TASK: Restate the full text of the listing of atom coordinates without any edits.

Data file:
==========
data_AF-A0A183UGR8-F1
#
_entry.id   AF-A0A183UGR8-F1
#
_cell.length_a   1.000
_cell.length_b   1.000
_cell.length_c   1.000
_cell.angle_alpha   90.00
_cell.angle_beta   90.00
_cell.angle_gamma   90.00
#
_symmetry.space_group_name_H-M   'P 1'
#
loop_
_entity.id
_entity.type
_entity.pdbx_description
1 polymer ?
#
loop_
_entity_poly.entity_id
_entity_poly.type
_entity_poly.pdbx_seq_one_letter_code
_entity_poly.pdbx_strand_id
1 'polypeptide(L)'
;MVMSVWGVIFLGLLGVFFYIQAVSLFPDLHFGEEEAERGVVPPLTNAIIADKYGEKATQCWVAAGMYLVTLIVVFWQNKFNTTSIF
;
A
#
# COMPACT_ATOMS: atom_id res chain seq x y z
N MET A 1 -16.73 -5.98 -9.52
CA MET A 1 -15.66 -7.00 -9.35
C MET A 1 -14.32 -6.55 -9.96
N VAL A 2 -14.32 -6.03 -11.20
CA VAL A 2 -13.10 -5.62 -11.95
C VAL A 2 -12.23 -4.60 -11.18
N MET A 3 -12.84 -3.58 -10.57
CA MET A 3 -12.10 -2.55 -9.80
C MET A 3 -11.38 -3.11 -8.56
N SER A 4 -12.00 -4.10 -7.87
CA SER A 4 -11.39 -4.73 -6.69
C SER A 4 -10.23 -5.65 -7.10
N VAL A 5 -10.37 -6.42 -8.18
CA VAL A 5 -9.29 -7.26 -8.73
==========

data_AF-A0A183UGR8-F1
#
_entry.id   AF-A0A183UGR8-F1
#
_cell.length_a   1.000
_cell.length_b   1.000
_cell.length_c   1.000
_cell.angle_alpha   90.00
_cell.angle_beta   90.00
_cell.angle_gamma   90.00
#
_symmetry.space_group_name_H-M   'P 1'
#
loop_
_entity.id
_entity.type
_entity.pdbx_description
1 polymer ?
#
loop_
_entity_poly.entity_id
_entity_poly.type
_entity_poly.pdbx_seq_one_letter_code
_entity_poly.pdbx_strand_id
1 'polypeptide(L)'
;MVMSVWGVIFLGLLGVFFYIQAVSLFPDLHFGEEEAERGVVPPLTNAIIADKYGEKATQCWVAAGMYLVTLIVVFWQNKFNTTSIF
;
A
#
# COMPACT_ATOMS: atom_id res chain seq x y z
N MET A 1 -16.73 -5.98 -9.52
CA MET A 1 -15.66 -7.00 -9.35
C MET A 1 -14.32 -6.55 -9.96
N VAL A 2 -14.32 -6.03 -11.20
CA VAL A 2 -13.10 -5.62 -11.95
C VAL A 2 -12.23 -4.60 -11.18
N MET A 3 -12.84 -3.58 -10.57
CA MET A 3 -12.10 -2.55 -9.80
C MET A 3 -11.38 -3.11 -8.56
N SER A 4 -12.00 -4.10 -7.87
CA SER A 4 -11.39 -4.73 -6.69
C SER A 4 -10.23 -5.65 -7.10
N VAL A 5 -10.37 -6.42 -8.18
CA VAL A 5 -9.29 -7.26 -8.73